“All weather” military observation is carried out by the Lacrosse radar satellites, each with a mass of 20 tonnes. They have circular orbits with medium inclination: Lacrosse-1 (USA-34 or Onyx-1 launched by STS-27 in 1988), h = 440km, i = 57°; the four others, Lacrosse-2 (USA-69 or Onyx-2 in 1991), Lacrosse-3 (USA-133 or Onyx-3 in 1997), Lacrosse-4 (USA-152 or Onyx-4 in 2000), Lacrosse-5 (USA-182 or Onyx-5 in 2005), h = 680km with inclinations alternating between i = 68° and i = 57°.

Handbook of Satellite Orbits: From Kepler to GPS, By Michel Capderou, 2014
https://books.google.com/books/cont...sig=ACfU3U2ArF3SlHejQZWe9GqKjctQ0GgFKg&w=1280
https://books.google.com/books/cont...sig=ACfU3U3-qv4zl5GdtA93uioRR556q7g6rA&w=1280


__________________________

Project history and cost

After the Boeing-led Future Imagery Architecture program failed in 2005, NRO ordered two more KH-11s, including USA-224. Critics worried that each of these "exquisite-class"[2] satellites would cost more than the latest Nimitz-class aircraft carrier (CVN-77), which had a projected procurement cost of US$6.35 billion as of May 2005 (equivalent to approximately $8B in 2019).[3][4] USA-224 – the first of these two – was completed by Lockheed $2 billion under the initial budget estimate, and two years ahead of schedule.[5] USA-224 was launched atop a Delta IV Heavy rocket from Vandenberg AFB Space Launch Complex 6 in California. The launch was conducted by United Launch Alliance, and was the first flight of a Delta IV Heavy from Vandenberg.[6] Liftoff occurred on 20 January 2011 at 21:10:30 UTC.[7] Upon reaching orbit, the satellite received the International Designator 2011-002A.[8]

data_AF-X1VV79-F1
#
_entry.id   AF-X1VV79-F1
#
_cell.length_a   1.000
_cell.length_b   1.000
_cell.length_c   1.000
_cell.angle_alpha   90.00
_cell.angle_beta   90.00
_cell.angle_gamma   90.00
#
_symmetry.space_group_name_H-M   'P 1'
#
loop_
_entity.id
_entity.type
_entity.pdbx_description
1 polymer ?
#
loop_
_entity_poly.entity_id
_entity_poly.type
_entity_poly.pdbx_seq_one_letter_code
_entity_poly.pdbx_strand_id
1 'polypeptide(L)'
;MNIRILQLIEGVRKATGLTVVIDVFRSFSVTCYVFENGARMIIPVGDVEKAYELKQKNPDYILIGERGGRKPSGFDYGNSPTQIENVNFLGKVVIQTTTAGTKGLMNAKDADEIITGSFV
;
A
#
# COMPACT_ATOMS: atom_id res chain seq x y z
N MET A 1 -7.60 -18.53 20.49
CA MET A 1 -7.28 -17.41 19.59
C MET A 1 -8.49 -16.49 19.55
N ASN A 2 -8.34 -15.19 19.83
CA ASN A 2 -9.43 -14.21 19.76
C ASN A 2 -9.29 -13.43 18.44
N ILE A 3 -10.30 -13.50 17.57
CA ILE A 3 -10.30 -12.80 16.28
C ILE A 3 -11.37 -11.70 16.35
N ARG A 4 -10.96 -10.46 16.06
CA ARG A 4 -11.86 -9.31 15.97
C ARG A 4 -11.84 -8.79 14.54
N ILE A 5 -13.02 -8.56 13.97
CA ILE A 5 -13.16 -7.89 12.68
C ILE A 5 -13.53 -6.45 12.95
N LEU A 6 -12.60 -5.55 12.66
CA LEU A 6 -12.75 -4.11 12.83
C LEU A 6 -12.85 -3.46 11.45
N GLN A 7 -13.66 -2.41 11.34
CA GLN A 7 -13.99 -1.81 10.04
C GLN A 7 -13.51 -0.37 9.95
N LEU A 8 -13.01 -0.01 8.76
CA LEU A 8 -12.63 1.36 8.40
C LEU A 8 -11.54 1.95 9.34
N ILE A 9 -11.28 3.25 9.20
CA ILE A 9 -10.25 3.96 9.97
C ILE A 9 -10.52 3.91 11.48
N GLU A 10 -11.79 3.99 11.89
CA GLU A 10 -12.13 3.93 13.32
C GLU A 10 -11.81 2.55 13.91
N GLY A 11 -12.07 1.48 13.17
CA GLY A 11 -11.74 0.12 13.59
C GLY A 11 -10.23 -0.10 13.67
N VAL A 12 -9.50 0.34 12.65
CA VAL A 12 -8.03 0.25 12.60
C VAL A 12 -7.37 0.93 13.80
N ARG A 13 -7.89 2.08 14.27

The satellite began operating 33 days after its predecessor, USA-161, stopped doing its primary mission. This coverage gap was much smaller than originally feared, thanks to USA-224's earlier-than-planned launch and operational changes to extend the lifetime of USA-161.[5]

As the fifteenth KH-11 satellite to be launched, USA-224 is a member of one of the later block configurations occasionally identified as being a separate system. Details of its mission and orbit are classified, but amateur observers have tracked it in low Earth orbit. Shortly after launch it was in an orbit with a perigee of 251 kilometres (156 mi), an apogee of 1,023 kilometres (636 mi) and 97.9 degrees of inclination, typical for an operational KH-11 satellite.[9] By April it was 260 by 987 kilometres (162 by 613 mi) at 97.93 degrees.


On 30 August 2019, President Donald Trump tweeted a classified picture[11] from an intelligence briefing showing the aftermath of an accident that apparently occurred during launch preparations of a Safir-1B-e-Nahid-1 launcher.


NORAD ID: 37348
Int'l Code: 2011-002A
Perigee: 265.4 km
Apogee: 1,032.1 km
Inclination: 97.9 °
Period: 97.6 minutes
Semi major axis: 7019 km
RCS: Unknown
Launch date: January 20, 2011
Source: United States (US)
Launch site: AIR FORCE WESTERN TEST RANGE (AFWTR)

USA 224 is a secret satellite serving the U.S. National Reconnaissance Office.


__________________________



The latest attempt to catch the most elusive Iranian Noor-1 satellite and its mysterious 3rd stage QASED R/B (Arash 24 solid motor) was unsuccessful due to the proximity of the moon, but the frame has easily captured along the much brighter Japanese GOSAT IBUKI Observing Satellite, the most infamous USA-224 reconnaissance satellite, with a very large RCS.

Very high noise level of the camera sensor caused by the current record heatwave (38C degrees in the arctic lately or 17C degrees above the average June level).

Two Line Element Set (TLE):

USA 224
1 37348U 11002A 20166.95993973 0.00003700 00000-0 33551-4 0 02
2 37348 97.9353 278.4452 0546105 264.0600 95.9399 14.76023459 09

http://archive.is/Sjq4J/c597f35e5316c13548f9e59e71bf232ce298deec.jpg ; https://archive.is/Sjq4J/d52fb882266810cc8f5ca908d8ad0d06469ef831/scr.png ; http://web.archive.org/web/20200703231416/https://i.imgur.com/gAIElwj.jpg
1. USA-224 pass: Magnitude ~4.8 (d), Altitude ~1023 km, Distance ~1471 km, Size ~4 m x 2 m, Angular size ~00.6''.